The Negative Income Tax and the Evolution of U.S. Welfare Policy
AbstractThe negative income tax proposed by Milton Friedman represents one of the fundamental ideas of modern welfare policy. However, the academic literature has raised two difficulties with it, one challenging its purported work incentives and the other suggesting the possible superiority of work requirements. In addition, work requirement approaches have gained ground in actual U.S. welfare policy over the last 30 years and the number of different programs has proliferated, another development counter to the negative income tax. On the other hand, the Earned Income Tax Credit has produced a negative-income-tax-like program on a vast scale.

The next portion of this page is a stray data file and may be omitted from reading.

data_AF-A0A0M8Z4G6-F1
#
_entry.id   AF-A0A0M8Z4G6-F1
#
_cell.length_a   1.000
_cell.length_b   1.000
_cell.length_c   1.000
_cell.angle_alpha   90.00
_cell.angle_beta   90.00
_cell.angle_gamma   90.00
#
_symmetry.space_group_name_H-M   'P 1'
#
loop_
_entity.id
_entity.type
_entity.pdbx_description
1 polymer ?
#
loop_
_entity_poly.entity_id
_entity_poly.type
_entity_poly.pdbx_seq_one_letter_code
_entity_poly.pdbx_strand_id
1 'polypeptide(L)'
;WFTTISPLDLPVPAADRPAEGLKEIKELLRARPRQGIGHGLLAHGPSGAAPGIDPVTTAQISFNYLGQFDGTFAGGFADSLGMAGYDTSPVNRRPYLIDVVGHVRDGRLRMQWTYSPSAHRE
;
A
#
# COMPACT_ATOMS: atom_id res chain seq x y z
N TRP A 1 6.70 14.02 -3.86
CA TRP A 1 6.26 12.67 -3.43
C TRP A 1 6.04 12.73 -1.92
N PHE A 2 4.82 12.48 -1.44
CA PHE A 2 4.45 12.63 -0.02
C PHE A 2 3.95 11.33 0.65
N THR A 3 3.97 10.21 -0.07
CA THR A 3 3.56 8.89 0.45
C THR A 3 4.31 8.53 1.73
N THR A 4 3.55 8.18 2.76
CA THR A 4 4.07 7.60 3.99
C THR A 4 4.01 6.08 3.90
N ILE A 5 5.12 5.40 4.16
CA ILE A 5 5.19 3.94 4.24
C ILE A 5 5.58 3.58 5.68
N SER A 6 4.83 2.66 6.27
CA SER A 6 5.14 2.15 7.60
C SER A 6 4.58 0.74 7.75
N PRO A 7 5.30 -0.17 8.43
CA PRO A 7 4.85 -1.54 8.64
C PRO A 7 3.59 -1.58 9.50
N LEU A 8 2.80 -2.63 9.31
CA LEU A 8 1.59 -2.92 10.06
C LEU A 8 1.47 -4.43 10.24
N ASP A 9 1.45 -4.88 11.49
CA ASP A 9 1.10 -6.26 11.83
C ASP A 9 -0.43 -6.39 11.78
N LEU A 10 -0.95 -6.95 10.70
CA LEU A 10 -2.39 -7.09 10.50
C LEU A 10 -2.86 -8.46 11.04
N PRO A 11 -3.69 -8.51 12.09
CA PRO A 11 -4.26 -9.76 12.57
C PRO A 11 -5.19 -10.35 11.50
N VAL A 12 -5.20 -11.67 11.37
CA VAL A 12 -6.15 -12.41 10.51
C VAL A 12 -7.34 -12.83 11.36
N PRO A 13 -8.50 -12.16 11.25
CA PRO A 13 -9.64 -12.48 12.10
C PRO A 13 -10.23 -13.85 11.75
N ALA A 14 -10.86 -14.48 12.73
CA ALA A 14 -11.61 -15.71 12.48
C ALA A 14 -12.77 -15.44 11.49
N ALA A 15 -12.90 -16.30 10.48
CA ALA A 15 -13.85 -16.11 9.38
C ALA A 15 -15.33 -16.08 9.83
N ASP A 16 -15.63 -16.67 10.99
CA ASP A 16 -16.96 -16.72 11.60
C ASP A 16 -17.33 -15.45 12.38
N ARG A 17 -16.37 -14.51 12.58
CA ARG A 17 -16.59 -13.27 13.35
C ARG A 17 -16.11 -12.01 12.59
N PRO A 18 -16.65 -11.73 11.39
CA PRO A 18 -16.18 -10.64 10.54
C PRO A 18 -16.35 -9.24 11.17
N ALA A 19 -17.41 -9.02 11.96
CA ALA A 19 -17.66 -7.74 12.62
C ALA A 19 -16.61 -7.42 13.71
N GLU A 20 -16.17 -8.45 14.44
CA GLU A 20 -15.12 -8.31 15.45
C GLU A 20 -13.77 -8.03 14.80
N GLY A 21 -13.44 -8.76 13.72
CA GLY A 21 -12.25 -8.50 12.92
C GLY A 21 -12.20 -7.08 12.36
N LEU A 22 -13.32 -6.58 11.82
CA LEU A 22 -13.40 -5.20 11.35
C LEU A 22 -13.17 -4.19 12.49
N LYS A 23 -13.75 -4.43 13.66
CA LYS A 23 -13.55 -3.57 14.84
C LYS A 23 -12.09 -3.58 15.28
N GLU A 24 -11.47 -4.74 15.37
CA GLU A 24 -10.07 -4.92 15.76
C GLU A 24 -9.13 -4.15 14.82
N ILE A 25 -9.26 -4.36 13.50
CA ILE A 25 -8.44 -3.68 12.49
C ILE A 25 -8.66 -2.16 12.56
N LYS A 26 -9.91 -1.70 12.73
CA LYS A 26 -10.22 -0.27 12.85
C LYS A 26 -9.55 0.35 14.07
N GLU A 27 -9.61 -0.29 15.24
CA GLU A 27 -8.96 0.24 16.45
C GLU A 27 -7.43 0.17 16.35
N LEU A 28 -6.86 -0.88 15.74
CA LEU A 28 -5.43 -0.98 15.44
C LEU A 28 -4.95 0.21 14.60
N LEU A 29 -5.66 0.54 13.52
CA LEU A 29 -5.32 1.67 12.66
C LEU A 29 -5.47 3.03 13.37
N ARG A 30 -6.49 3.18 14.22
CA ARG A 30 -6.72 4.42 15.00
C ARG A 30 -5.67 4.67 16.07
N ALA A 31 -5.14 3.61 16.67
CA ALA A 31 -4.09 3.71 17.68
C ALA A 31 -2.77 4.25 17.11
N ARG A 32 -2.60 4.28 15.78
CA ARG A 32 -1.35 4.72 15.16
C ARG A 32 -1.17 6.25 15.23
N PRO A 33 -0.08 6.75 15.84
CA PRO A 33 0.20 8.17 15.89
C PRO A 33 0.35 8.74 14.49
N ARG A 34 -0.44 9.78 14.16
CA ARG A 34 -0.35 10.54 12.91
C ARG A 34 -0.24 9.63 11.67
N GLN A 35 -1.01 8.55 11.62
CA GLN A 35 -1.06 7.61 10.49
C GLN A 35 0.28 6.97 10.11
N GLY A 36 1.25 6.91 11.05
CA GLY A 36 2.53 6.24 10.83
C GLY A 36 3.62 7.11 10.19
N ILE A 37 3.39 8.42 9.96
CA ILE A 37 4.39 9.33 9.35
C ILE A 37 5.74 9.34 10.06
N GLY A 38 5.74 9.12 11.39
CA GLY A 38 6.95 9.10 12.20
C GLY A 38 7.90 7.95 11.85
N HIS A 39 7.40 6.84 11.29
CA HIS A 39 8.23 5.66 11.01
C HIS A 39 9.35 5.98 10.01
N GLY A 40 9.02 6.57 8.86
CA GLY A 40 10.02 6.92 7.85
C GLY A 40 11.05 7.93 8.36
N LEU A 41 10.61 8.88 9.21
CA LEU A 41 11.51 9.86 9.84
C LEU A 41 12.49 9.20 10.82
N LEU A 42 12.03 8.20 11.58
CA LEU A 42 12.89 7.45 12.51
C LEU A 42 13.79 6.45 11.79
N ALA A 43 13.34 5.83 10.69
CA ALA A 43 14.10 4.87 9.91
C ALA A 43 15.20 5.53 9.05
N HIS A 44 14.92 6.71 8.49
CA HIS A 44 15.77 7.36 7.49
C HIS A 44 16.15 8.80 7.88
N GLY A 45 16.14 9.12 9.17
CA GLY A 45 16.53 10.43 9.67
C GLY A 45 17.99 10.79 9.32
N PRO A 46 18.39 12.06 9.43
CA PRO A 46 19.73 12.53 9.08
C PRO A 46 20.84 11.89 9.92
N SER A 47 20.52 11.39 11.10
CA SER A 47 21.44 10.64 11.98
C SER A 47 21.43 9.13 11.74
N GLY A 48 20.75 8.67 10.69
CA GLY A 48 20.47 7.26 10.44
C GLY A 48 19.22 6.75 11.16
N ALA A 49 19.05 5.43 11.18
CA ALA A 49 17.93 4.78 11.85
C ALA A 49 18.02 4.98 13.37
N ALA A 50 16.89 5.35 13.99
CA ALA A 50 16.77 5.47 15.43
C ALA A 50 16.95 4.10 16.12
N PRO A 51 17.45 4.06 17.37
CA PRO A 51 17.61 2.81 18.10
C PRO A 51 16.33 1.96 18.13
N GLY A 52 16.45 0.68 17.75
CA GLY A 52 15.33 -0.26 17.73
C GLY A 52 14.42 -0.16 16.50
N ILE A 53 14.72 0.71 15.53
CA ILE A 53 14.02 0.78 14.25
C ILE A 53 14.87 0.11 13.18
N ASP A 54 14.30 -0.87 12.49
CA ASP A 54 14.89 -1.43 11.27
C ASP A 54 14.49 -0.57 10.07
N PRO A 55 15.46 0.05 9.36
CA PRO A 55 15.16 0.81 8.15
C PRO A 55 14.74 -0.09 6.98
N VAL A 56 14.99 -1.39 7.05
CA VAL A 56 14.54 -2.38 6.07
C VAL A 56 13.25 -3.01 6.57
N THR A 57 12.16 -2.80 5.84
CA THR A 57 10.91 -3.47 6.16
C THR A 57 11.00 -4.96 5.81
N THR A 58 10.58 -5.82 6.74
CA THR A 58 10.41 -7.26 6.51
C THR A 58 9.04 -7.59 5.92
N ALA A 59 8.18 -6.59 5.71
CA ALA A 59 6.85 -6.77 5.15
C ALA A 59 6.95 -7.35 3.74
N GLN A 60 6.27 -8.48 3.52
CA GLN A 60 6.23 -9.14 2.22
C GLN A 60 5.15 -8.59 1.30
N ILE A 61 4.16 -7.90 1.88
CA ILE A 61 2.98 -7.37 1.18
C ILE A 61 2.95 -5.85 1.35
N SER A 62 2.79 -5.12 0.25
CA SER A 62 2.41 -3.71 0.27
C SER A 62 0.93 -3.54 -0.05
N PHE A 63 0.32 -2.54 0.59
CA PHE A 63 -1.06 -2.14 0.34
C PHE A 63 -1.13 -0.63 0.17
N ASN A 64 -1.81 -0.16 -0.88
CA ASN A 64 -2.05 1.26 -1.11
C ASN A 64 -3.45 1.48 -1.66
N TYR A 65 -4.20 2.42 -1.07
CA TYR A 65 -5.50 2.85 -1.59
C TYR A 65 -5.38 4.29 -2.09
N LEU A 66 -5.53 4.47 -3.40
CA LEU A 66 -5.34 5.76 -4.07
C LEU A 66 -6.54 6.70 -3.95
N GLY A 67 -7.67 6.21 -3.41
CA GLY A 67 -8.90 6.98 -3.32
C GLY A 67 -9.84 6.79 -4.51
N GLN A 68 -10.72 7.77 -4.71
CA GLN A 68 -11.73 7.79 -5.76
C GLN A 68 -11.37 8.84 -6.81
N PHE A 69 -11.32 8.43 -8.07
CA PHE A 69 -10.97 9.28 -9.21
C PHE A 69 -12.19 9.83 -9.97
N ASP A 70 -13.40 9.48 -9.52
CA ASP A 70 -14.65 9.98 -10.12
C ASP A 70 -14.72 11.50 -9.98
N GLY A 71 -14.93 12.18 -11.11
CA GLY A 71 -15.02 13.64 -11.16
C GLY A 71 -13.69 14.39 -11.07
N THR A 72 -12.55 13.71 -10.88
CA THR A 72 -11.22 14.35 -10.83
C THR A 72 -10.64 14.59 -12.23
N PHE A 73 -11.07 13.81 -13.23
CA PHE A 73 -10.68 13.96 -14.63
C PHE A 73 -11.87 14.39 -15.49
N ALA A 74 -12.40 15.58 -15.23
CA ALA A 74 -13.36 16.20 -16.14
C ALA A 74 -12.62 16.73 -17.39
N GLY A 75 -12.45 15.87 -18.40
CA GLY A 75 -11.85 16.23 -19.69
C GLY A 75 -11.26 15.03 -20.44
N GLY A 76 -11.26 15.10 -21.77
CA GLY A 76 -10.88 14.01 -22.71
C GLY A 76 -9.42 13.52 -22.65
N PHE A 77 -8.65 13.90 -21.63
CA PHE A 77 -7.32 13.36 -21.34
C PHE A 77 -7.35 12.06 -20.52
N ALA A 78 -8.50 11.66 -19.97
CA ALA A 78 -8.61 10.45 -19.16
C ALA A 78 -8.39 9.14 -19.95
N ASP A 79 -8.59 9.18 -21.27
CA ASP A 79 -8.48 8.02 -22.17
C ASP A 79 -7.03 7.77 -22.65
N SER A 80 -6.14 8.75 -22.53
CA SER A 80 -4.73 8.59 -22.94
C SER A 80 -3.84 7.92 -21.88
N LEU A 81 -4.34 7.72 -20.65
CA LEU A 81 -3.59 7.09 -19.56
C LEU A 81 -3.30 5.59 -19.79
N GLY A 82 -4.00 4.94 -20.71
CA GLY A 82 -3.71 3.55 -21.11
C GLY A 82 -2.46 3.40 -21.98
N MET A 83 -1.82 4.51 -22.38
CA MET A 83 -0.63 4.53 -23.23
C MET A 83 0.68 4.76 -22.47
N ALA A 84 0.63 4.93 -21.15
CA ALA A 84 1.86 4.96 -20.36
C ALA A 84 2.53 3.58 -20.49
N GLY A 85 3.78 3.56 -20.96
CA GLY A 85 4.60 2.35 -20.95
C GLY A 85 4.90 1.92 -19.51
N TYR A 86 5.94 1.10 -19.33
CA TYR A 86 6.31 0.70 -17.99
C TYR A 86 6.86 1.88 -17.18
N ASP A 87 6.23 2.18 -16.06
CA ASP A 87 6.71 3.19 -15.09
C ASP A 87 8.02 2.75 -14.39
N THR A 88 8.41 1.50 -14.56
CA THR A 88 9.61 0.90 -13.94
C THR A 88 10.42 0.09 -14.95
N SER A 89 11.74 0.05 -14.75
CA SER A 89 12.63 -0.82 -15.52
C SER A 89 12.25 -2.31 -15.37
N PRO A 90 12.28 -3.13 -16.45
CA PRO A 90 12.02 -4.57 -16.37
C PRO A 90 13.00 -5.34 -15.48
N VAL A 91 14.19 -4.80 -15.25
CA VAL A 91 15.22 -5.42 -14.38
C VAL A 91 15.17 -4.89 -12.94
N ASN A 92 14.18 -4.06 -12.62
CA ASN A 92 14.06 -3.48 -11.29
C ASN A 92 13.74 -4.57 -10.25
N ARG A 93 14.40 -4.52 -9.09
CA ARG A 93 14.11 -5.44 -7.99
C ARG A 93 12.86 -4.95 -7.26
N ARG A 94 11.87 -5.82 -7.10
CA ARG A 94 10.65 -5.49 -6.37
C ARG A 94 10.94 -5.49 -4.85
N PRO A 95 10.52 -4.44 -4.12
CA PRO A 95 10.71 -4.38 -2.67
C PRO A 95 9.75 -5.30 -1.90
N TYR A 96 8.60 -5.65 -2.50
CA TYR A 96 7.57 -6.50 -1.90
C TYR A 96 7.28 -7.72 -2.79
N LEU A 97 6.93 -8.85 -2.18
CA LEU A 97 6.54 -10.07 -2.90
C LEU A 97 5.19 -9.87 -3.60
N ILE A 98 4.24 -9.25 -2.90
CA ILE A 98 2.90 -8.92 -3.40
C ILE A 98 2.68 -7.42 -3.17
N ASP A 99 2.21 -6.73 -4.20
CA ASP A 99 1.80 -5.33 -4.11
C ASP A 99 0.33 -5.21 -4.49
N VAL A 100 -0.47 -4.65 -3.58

CitationMoffitt, Robert, A. 2003. "The Negative Income Tax and the Evolution of U.S. Welfare Policy." Journal of Economic Perspectives, 17 (3): 119-140. DOI: 10.1257/089533003769204380
- H24 Personal Income and Other Nonbusiness Taxes and Subsidies; includes inheritance and gift taxes
- I38 Welfare, Well-Being, and Poverty: Government Programs; Provision and Effects of Welfare Programs
- J12 Marriage; Marital Dissolution; Family Structure; Domestic Abuse
- J22 Time Allocation and Labor Supply